# Is Join or Where clause approach more efficient in restricting result set?

I need to restrict a result set for a SELECT statement based upon Col1 have 1-to-many potential values. For example, I want to return all rows where Col1 equals a value of 1, 2, and 3.

So far I have two different approaches to restricting the result set:

Approach #1

``````Inner Join Table1 On (Table2.ColA=Table1.ColA) And (Col1=1 And Col1=2 And Col1=3)
``````

Approach #2

``````Inner Join Table1 On Table2.ColA=Table1.ColA
Where (Col1=1 And Col1=2 And Col1=3)
``````

Is one of these approaches preferred or is there an alternate approach that would be more efficient? The values are dynamic and passed to the stored procedure each time it is called.

Thanks, Chris

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What do the query plans say? I personally prefer (and I think others would agree) approach #2, because the way it reads closely resembles what you are actually trying to accomplish. –  Cᴏʀʏ Oct 28 '10 at 0:23
Col1 can not equal 1 2 and 3 all at the same time. 1 != 2 != 3. Also, there better not be a Col1 in both tables. –  vol7ron Oct 28 '10 at 0:28
The actual query is quite complex and I'm just looking for the basic principle by keeping the example simple. –  ChrisP Oct 28 '10 at 0:37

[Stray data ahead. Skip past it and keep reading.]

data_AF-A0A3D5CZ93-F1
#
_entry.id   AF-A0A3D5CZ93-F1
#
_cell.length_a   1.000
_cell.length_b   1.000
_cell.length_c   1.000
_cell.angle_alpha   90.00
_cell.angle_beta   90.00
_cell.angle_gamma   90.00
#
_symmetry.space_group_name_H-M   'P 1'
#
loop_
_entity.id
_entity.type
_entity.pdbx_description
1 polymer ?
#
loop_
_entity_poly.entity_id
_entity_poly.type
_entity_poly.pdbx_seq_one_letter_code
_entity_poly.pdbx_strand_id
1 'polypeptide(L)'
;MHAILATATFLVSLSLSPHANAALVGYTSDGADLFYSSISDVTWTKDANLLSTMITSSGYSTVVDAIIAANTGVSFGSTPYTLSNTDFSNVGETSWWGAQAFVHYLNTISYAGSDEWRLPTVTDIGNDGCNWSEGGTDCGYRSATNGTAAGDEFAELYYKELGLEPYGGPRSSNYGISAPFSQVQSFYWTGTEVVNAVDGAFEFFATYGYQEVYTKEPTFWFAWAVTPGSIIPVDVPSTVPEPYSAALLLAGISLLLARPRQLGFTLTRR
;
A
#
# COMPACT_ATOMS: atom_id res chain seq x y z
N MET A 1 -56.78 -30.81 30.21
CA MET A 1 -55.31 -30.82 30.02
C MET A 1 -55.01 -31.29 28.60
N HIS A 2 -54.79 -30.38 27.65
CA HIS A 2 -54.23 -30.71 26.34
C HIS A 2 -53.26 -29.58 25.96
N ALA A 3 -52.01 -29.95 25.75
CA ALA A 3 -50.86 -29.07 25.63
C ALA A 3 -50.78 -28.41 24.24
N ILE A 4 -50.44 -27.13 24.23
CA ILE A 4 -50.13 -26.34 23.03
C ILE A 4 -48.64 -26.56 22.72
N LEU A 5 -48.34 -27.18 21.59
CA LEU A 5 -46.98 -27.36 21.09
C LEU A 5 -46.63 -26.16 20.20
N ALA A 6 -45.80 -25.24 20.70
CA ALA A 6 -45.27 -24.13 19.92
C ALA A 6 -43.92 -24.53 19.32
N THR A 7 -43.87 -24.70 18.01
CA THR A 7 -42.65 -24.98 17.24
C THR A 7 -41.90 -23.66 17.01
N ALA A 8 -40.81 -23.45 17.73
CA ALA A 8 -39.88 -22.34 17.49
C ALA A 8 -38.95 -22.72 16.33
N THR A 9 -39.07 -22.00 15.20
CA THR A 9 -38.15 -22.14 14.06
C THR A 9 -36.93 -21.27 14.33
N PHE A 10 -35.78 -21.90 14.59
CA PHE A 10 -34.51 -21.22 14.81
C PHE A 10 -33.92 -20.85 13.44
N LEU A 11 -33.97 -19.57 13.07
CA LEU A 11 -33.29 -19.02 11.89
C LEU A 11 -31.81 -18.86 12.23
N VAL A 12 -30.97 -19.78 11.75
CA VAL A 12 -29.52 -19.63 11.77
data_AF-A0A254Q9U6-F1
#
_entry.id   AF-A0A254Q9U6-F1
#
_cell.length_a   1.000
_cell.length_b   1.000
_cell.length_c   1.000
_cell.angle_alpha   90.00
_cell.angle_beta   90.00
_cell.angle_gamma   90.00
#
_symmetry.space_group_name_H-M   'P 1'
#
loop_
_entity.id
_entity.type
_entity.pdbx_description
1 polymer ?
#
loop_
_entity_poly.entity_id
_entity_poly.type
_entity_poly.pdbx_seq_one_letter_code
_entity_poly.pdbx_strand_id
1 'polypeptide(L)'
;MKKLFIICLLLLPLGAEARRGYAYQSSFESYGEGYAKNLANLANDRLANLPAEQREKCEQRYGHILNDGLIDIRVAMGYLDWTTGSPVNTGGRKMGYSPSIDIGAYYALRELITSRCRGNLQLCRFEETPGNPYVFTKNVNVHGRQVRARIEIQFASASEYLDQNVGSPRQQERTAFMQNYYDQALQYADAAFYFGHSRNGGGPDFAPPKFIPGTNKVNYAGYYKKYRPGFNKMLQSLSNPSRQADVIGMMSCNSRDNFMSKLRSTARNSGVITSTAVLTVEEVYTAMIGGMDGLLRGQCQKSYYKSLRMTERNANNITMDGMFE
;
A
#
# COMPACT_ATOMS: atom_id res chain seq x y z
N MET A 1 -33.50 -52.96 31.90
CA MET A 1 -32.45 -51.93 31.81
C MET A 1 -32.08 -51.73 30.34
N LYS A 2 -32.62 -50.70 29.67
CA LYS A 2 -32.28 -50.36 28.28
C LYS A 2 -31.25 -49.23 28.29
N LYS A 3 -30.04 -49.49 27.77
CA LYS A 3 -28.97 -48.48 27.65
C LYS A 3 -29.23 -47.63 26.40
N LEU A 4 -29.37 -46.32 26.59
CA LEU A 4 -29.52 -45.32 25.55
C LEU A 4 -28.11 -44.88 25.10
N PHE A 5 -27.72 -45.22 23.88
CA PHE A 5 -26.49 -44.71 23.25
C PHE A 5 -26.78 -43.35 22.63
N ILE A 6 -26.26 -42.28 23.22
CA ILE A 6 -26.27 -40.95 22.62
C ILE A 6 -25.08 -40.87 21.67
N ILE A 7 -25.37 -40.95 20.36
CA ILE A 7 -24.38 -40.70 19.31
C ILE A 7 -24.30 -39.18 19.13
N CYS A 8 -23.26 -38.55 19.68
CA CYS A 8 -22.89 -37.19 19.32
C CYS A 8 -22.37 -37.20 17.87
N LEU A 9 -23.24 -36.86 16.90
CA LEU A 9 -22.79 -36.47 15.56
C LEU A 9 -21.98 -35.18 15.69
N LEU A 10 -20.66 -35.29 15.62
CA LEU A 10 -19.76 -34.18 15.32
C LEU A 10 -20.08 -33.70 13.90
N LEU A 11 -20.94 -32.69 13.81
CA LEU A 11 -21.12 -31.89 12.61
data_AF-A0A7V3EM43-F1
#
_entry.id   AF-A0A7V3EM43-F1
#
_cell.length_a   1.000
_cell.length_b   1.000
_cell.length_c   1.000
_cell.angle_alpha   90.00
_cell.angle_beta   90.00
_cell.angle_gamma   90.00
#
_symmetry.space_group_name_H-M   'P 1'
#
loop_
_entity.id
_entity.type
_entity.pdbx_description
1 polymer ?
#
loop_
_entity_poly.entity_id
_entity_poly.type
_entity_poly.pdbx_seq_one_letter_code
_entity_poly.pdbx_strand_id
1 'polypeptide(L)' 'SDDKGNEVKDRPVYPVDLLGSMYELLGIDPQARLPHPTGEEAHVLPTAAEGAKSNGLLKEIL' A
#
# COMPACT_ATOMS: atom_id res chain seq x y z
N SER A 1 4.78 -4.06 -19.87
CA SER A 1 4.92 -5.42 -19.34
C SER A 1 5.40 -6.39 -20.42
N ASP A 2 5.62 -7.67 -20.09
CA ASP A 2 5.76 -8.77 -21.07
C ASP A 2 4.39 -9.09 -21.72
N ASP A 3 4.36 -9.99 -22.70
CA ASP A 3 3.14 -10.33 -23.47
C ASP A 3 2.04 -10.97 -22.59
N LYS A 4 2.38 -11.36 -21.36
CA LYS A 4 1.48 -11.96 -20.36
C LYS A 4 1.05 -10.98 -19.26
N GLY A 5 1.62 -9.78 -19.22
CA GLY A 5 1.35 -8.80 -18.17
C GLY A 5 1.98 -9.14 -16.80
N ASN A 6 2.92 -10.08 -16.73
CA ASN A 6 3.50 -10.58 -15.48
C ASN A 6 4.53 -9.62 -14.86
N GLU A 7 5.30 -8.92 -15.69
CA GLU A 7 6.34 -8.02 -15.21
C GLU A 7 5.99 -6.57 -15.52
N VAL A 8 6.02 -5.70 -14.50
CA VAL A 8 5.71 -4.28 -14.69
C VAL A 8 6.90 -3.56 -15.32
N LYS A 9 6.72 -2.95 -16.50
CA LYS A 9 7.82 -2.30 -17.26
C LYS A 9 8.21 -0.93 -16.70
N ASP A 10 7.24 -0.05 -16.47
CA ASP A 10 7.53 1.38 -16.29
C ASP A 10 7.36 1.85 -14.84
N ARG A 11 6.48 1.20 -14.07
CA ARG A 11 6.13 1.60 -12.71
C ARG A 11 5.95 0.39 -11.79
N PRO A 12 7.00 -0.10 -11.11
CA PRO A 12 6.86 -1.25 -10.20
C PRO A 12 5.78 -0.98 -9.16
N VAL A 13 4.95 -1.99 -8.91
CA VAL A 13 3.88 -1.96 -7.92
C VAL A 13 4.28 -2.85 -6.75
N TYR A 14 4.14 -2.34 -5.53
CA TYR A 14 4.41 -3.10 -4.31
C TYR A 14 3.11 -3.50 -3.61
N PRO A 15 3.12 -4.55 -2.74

## INNER JOINs

When dealing with an INNER JOIN, it doesn't matter if the filtration on the table being joined to follows the `ON` clause, or occurs in the `WHERE` clause -- it will produce the same result set.

## OUTER JOINs

But that's not the case for OUTER JOINs...
In an OUTER JOIN, if you specify filtration criteria in the `ON` clause -- the criteria are applied before the JOIN is made. Here's an example:

``````     FROM TABLE_1 a
LEFT JOIN TABLE_2 b ON b.cola = a.cola
AND b.col1 IN (1,2,3)
``````

This can affect the result set drastically, compared to if the criteria had been specified in the WHERE:

``````     FROM TABLE_1 a
LEFT JOIN TABLE_2 b ON b.cola = a.cola
WHERE b.col1 IN (1,2,3)
``````

## Conclusion

All that matters is that you:

1. Know the difference
2. Are consistent in your query structure
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It's not an issue of efficiency. Your restrictions limit which rows will be returned; therefore they logically belong in the WHERE clause.

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+1 - I think if you check you will find the query plans are the same, but the `WHERE` clause makes more sense and is easier to read. –  JNK Oct 28 '10 at 0:24

A pre-scrubbed WHERE (subquery), but check the query plan for the difference:

``````SELECT ...
FROM   ...
JOIN   (select ... from table1 where col1 in (1,2,3) ) as Table1
ON     Table1.ColA = Table2.ColA
``````
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Your description says "1, 2 or 3", so you'll want

``````Where (Col1=1 Or Col1=2 Or Col1=3)
``````

or you could do this

``````Where Col1 in (1, 2, 3)
``````
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I meant 1, 2, and 3. Justed edited the question. –  ChrisP Oct 28 '10 at 0:29

It doesn't matter, the optimizer will produce the same query in the end. I think filtering in the WHERE clause is more readable though, especially for inner joins.

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